Mumford's idea about the alienation of modern life is really a dangerous nostalgia for mediaeval society. The meaning of life may have been clearer in past centuries than now, but it went along with pervasive poverty and an authoritarian political and religious hierarchy. The "alienation" of modern life follows largely from the wealth, leisure, and autonomy that technology and a consumer economy make possible. People are left to figure out or decide on the meaning of life for themselves. Those with the most leisure -- intellectuals and teenagers -- suffer from such alienation the most. The disapproval of intellectuals for what most people enjoy -- television, sports, drinking, smoking, sex, and violence -- is the same immemorial moralism of mandarins, priests, and aristocrats that always disapproved of vulgar, i.e. popular, pleasures, the same yearning for the day that political authority, namely them, can once again govern meaning and morality in life for everyone. At the same time, the reaction of a fully Mediaeval sense of life against modernity is now evident in radical Islâm, enforced with the violence of terrorism. This may not be the kind of remedy that intellectuals like Lewis Mumford had in mind.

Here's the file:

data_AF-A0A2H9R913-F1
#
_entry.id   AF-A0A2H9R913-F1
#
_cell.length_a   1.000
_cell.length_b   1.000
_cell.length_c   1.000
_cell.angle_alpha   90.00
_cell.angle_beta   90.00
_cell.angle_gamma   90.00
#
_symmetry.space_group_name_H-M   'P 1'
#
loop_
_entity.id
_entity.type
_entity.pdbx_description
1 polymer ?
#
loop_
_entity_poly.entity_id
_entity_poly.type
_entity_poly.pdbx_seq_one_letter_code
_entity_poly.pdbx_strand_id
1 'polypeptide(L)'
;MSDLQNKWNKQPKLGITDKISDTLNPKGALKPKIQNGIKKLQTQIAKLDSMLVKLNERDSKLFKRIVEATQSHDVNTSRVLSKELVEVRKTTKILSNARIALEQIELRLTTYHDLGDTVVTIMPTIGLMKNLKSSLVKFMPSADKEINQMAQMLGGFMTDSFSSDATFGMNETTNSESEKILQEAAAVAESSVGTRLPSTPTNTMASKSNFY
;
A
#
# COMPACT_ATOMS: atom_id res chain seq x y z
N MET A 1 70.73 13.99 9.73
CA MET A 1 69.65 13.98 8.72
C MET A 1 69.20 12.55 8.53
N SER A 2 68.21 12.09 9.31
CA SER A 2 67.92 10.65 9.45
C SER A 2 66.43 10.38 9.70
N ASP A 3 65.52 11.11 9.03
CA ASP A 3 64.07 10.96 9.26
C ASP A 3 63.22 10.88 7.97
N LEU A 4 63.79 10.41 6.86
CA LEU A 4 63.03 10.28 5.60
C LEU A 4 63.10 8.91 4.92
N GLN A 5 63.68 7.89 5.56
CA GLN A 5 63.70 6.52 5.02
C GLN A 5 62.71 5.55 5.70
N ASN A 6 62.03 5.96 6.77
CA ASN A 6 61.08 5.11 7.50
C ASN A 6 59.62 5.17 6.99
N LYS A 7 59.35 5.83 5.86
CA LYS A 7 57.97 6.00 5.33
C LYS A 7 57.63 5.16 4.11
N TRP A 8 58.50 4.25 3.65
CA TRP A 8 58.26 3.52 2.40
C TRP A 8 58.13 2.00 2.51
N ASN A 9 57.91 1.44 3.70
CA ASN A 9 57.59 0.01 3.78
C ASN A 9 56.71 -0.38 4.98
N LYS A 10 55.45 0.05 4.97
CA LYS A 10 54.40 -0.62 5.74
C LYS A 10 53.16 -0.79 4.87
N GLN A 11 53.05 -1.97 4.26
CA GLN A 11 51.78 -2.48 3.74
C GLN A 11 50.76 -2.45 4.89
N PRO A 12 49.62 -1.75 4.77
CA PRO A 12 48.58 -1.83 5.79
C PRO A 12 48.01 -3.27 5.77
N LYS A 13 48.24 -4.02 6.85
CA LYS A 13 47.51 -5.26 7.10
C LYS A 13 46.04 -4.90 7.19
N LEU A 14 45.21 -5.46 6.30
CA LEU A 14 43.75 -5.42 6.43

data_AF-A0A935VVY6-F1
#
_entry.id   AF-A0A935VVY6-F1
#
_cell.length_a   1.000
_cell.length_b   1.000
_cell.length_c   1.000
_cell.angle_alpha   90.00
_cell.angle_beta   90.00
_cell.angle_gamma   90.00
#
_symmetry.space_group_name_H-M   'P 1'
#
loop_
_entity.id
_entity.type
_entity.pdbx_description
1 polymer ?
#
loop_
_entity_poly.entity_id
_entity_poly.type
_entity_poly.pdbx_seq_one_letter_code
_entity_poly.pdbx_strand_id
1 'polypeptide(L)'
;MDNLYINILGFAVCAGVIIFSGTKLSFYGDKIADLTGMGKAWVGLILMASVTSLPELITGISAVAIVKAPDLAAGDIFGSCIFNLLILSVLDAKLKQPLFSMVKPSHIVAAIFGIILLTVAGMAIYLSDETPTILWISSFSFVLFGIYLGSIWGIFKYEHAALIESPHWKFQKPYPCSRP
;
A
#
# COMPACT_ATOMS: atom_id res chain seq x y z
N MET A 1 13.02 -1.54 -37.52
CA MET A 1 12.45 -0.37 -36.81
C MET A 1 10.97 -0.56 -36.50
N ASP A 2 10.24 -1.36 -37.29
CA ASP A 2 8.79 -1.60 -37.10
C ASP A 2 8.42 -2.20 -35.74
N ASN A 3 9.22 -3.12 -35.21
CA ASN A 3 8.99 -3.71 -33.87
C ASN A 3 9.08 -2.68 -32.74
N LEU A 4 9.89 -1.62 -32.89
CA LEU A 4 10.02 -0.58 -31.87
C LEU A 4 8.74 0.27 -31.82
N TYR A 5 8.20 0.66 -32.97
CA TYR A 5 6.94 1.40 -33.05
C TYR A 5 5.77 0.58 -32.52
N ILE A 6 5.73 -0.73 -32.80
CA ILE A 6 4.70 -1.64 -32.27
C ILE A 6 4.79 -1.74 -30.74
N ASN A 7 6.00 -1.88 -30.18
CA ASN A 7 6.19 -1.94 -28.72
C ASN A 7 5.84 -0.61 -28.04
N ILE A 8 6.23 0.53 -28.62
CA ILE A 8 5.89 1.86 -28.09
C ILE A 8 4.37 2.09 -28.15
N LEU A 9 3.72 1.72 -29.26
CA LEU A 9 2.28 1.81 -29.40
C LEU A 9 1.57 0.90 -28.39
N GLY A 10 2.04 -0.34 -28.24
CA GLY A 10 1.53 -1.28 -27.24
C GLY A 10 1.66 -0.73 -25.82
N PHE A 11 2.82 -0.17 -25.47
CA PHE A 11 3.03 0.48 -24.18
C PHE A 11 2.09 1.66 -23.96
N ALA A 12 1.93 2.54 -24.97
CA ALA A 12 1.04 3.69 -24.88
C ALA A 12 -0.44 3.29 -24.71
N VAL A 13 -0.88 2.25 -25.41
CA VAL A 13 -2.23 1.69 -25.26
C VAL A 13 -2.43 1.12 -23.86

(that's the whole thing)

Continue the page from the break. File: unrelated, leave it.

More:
The sense that we are alienated from nature is also a dangerous nostalgia:  No people absolutely vulnerable to famine, disease, insects, wild animals, nomadic invasions, etc. are going to complain much about conditions that limit or erase the danger of such things. Only those who have forgotten how hard and merciless life used to be are going to feel "alienated" by the culture that protects them from those things. For them, outlawing DDT and forbidding the draining of "wetlands" are important steps in protecting nature, whether or not people begin to die again around the world because of the malaria that is spread by mosquitoes who breed in the "wetland" swamps and who can no longer be effectively killed once produced. Those who live in comfort in Europe or the United States don't have to worry about people in Sri Lanka dying of malaria, though there now actually are places in Europe and the United States that feel some of these effects -- just not at major universities or newspapers yet. We also find the extraordinary and offensive phenomenon of Western environmental activists telling Africans, for instance, that deaths from malaria are a natural part of the beauty of their environment and that the United States has few problems with malaria because is had never (!) existed there -- just as Global Warming alarmists like to say that mosquitoes never existed at high latitudes, until recent anthropogenic warming. These are all falsehoods which can only be uttered because of ignorance or mendacity.